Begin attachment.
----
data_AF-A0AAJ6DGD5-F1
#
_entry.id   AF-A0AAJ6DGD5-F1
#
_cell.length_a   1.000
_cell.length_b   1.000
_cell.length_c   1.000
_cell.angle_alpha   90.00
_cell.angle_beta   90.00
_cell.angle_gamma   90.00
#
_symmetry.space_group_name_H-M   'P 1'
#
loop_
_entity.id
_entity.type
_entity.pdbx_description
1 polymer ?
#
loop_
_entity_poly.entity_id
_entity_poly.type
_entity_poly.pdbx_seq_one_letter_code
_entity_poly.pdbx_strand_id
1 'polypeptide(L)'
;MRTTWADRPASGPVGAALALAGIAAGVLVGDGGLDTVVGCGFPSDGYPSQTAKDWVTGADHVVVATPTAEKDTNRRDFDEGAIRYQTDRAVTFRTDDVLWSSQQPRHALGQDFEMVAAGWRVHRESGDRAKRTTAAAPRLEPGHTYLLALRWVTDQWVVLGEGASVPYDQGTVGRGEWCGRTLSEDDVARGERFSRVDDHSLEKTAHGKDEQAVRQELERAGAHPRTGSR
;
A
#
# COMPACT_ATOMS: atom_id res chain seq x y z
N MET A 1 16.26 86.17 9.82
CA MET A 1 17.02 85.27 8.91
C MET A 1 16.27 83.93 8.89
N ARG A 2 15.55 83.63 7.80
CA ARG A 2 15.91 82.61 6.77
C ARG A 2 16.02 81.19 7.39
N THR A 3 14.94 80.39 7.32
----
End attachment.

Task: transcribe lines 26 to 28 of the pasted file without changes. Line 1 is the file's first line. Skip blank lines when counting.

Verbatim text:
;MRTTWADRPASGPVGAALALAGIAAGVLVGDGGLDTVVGCGFPSDGYPSQTAKDWVTGADHVVVATPTAEKDTNRRDFDEGAIRYQTDRAVTFRTDDVLWSSQQPRHALGQDFEMVAAGWRVHRESGDRAKRTTAAAPRLEPGHTYLLALRWVTDQWVVLGEGASVPYDQGTVGRGEWCGRTLSEDDVARGERFSRVDDHSLEKTAHGKDEQAVRQELERAGAHPRTGSR
;
A